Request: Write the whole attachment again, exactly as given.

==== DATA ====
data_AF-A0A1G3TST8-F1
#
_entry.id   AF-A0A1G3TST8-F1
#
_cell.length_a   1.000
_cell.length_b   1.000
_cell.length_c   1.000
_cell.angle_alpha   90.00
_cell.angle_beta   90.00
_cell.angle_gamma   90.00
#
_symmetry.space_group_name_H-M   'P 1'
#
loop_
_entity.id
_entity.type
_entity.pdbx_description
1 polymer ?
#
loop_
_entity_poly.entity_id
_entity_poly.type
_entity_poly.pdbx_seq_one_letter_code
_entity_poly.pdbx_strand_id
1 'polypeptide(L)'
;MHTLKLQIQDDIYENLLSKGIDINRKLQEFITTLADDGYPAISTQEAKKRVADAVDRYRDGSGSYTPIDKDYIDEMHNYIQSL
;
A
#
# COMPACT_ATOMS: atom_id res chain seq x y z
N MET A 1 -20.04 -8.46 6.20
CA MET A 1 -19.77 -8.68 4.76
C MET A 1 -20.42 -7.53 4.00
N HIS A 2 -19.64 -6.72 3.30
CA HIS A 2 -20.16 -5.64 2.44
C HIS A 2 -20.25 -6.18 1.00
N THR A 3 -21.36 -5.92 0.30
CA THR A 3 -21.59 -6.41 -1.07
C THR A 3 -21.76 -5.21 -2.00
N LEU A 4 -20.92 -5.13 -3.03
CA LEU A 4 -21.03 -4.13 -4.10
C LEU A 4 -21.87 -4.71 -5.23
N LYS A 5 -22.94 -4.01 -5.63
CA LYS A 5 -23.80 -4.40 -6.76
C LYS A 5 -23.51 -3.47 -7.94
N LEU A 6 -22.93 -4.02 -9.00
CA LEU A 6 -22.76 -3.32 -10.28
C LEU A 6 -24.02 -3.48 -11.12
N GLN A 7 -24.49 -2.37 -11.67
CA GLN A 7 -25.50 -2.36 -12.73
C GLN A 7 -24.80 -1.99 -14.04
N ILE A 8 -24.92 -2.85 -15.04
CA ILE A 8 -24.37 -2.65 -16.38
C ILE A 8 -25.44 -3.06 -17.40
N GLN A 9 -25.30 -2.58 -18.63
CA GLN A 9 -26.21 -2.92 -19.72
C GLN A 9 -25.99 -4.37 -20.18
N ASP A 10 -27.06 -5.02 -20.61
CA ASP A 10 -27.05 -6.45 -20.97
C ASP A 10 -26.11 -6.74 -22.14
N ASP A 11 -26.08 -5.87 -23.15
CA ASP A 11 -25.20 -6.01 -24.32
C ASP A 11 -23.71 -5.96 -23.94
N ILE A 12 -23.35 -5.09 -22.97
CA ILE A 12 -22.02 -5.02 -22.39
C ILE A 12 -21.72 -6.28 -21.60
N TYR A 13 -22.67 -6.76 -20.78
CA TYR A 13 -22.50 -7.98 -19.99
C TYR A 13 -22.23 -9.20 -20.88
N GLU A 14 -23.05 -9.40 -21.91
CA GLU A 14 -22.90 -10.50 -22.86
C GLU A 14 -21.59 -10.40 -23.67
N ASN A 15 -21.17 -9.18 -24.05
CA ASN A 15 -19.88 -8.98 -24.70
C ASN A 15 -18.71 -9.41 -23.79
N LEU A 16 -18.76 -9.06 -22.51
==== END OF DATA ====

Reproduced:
data_AF-A0A1G3TST8-F1
#
_entry.id   AF-A0A1G3TST8-F1
#
_cell.length_a   1.000
_cell.length_b   1.000
_cell.length_c   1.000
_cell.angle_alpha   90.00
_cell.angle_beta   90.00
_cell.angle_gamma   90.00
#
_symmetry.space_group_name_H-M   'P 1'
#
loop_
_entity.id
_entity.type
_entity.pdbx_description
1 polymer ?
#
loop_
_entity_poly.entity_id
_entity_poly.type
_entity_poly.pdbx_seq_one_letter_code
_entity_poly.pdbx_strand_id
1 'polypeptide(L)'
;MHTLKLQIQDDIYENLLSKGIDINRKLQEFITTLADDGYPAISTQEAKKRVADAVDRYRDGSGSYTPIDKDYIDEMHNYIQSL
;
A
#
# COMPACT_ATOMS: atom_id res chain seq x y z
N MET A 1 -20.04 -8.46 6.20
CA MET A 1 -19.77 -8.68 4.76
C MET A 1 -20.42 -7.53 4.00
N HIS A 2 -19.64 -6.72 3.30
CA HIS A 2 -20.16 -5.64 2.44
C HIS A 2 -20.25 -6.18 1.00
N THR A 3 -21.36 -5.92 0.30
CA THR A 3 -21.59 -6.41 -1.07
C THR A 3 -21.76 -5.21 -2.00
N LEU A 4 -20.92 -5.13 -3.03
CA LEU A 4 -21.03 -4.13 -4.10
C LEU A 4 -21.87 -4.71 -5.23
N LYS A 5 -22.94 -4.01 -5.63
CA LYS A 5 -23.80 -4.40 -6.76
C LYS A 5 -23.51 -3.47 -7.94
N LEU A 6 -22.93 -4.02 -9.00
CA LEU A 6 -22.76 -3.32 -10.28
C LEU A 6 -24.02 -3.48 -11.12
N GLN A 7 -24.49 -2.37 -11.67
CA GLN A 7 -25.50 -2.36 -12.73
C GLN A 7 -24.80 -1.99 -14.04
N ILE A 8 -24.92 -2.85 -15.04
CA ILE A 8 -24.37 -2.65 -16.38
C ILE A 8 -25.44 -3.06 -17.40
N GLN A 9 -25.30 -2.58 -18.63
CA GLN A 9 -26.21 -2.92 -19.72
C GLN A 9 -25.99 -4.37 -20.18
N ASP A 10 -27.06 -5.02 -20.61
CA ASP A 10 -27.05 -6.45 -20.97
C ASP A 10 -26.11 -6.74 -22.14
N ASP A 11 -26.08 -5.87 -23.15
CA ASP A 11 -25.20 -6.01 -24.32
C ASP A 11 -23.71 -5.96 -23.94
N ILE A 12 -23.35 -5.09 -22.97
CA ILE A 12 -22.02 -5.02 -22.39
C ILE A 12 -21.72 -6.28 -21.60
N TYR A 13 -22.67 -6.76 -20.78
CA TYR A 13 -22.50 -7.98 -19.99
C TYR A 13 -22.23 -9.20 -20.88
N GLU A 14 -23.05 -9.40 -21.91
CA GLU A 14 -22.90 -10.50 -22.86
C GLU A 14 -21.59 -10.40 -23.67
N ASN A 15 -21.17 -9.18 -24.05
CA ASN A 15 -19.88 -8.98 -24.70
C ASN A 15 -18.71 -9.41 -23.79
N LEU A 16 -18.76 -9.06 -22.51